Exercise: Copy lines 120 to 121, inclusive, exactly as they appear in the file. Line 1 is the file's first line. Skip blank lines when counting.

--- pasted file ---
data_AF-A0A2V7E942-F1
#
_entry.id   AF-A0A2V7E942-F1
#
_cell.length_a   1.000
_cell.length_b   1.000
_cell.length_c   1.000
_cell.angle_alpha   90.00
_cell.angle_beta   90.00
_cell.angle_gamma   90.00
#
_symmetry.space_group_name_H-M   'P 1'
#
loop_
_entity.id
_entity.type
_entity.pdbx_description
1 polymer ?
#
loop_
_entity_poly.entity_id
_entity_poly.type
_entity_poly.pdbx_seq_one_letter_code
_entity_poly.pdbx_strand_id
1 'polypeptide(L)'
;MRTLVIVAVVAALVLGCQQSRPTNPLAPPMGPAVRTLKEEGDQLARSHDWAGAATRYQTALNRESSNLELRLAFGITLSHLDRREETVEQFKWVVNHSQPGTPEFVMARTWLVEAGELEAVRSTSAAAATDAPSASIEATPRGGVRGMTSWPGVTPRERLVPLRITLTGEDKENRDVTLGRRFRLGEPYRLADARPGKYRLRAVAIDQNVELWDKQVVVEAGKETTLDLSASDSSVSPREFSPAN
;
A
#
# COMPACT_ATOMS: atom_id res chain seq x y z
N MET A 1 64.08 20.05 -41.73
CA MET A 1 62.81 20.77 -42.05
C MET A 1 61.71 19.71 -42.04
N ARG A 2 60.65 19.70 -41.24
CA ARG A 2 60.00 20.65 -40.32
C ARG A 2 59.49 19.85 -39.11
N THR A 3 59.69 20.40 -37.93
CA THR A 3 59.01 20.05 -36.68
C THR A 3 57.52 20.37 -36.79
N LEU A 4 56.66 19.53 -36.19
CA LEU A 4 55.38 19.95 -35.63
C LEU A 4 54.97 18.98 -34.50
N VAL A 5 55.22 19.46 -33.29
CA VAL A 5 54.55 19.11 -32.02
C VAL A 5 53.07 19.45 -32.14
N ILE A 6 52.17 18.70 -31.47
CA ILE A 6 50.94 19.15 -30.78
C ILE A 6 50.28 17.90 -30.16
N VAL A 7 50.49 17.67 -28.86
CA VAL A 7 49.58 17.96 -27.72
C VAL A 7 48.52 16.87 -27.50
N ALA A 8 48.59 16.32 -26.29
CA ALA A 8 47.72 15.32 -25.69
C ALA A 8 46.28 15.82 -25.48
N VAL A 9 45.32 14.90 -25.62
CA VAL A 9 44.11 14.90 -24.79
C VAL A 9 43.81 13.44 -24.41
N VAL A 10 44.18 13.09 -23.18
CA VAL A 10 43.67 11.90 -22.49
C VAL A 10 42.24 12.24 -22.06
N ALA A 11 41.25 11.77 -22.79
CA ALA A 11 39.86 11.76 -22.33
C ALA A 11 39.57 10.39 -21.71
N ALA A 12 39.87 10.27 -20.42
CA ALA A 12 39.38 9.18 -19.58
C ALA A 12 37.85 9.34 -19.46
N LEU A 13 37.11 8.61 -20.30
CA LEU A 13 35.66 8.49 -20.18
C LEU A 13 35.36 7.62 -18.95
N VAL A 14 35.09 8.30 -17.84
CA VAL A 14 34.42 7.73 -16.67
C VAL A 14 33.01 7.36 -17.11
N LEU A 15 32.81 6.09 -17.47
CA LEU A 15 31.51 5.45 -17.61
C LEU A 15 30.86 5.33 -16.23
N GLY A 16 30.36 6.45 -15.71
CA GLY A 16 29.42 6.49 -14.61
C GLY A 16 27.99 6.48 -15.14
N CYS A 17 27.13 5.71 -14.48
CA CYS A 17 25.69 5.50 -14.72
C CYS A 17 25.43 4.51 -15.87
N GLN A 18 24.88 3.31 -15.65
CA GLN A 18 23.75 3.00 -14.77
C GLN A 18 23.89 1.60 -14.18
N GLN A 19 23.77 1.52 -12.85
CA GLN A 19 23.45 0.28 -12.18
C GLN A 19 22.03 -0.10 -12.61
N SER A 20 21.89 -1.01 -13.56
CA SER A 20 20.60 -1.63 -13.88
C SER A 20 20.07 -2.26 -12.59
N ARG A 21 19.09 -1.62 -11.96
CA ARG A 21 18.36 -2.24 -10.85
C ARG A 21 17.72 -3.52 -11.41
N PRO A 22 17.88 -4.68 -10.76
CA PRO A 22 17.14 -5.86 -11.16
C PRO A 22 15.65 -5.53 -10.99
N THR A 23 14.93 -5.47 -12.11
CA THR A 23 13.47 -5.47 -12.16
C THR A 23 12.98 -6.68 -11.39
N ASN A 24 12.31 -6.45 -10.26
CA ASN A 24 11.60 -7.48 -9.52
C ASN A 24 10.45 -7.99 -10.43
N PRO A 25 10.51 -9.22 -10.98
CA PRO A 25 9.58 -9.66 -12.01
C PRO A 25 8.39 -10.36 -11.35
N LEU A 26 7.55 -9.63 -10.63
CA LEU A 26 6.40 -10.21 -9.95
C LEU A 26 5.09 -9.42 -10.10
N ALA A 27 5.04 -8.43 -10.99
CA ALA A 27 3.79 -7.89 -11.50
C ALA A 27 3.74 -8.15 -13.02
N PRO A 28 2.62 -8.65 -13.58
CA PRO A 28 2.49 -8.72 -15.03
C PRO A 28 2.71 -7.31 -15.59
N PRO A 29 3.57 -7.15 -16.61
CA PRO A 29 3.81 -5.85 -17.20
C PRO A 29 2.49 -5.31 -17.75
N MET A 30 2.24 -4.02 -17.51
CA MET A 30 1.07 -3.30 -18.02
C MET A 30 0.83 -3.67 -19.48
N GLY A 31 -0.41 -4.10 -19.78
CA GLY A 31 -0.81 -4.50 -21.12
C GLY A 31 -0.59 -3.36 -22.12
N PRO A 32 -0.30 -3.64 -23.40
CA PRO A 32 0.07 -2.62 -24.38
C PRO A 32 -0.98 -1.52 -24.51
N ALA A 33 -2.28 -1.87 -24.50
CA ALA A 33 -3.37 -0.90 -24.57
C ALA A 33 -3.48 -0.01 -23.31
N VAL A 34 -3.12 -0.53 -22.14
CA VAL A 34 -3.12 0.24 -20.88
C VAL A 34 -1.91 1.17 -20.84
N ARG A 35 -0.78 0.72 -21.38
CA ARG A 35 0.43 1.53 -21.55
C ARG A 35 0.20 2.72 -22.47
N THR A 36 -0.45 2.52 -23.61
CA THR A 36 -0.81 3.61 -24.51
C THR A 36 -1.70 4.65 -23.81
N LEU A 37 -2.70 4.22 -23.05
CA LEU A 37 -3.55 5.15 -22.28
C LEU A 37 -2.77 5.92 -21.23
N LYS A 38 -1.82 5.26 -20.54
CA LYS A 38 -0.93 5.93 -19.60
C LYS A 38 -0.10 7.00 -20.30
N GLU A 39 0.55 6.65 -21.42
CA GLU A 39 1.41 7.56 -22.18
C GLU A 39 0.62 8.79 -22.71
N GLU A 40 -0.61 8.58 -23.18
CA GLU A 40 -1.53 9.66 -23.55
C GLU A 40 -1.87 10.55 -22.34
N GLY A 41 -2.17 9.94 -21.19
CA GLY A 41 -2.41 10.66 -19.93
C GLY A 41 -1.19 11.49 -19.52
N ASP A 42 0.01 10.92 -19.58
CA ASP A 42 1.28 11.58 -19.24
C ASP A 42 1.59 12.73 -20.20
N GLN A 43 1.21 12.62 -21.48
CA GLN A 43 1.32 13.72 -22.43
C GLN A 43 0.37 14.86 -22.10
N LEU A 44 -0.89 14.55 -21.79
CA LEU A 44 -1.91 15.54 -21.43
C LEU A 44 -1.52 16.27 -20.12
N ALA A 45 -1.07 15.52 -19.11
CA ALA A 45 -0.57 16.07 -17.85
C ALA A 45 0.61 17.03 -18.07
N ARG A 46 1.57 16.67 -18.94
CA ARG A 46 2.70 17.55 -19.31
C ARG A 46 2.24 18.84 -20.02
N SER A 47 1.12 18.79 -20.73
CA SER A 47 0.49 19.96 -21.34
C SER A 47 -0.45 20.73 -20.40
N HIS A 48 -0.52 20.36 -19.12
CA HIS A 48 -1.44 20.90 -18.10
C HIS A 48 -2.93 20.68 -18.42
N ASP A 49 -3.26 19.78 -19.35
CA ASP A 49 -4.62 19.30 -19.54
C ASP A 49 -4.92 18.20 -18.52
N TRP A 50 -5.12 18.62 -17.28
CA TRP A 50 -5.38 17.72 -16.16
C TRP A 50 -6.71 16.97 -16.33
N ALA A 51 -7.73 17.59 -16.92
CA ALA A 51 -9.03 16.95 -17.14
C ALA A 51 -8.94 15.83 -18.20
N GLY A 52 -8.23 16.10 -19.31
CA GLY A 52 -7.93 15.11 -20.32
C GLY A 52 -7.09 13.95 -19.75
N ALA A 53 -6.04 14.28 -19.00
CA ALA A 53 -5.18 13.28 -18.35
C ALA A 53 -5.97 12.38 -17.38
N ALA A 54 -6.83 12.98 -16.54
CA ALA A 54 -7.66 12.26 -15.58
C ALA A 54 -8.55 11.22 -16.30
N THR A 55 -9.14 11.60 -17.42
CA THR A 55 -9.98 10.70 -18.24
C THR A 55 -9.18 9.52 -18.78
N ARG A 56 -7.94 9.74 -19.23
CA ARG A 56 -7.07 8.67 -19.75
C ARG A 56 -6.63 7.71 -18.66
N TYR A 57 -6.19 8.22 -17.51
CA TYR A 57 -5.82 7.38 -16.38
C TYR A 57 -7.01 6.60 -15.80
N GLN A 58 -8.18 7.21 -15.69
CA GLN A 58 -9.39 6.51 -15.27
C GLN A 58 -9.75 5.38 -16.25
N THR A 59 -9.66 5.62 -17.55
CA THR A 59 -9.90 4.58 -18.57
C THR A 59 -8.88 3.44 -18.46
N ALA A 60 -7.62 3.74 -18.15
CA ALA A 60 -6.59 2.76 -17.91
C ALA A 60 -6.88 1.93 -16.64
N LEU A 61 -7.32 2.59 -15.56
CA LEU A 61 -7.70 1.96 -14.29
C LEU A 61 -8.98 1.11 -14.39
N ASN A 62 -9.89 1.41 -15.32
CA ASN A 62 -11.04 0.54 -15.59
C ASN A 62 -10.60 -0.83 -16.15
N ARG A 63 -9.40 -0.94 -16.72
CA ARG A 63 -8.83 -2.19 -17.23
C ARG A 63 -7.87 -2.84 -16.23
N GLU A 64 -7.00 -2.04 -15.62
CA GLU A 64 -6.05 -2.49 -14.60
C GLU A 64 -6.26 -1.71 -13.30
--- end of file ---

C MET A 30 0.83 -3.67 -19.48
N GLY A 31 -0.41 -4.10 -19.78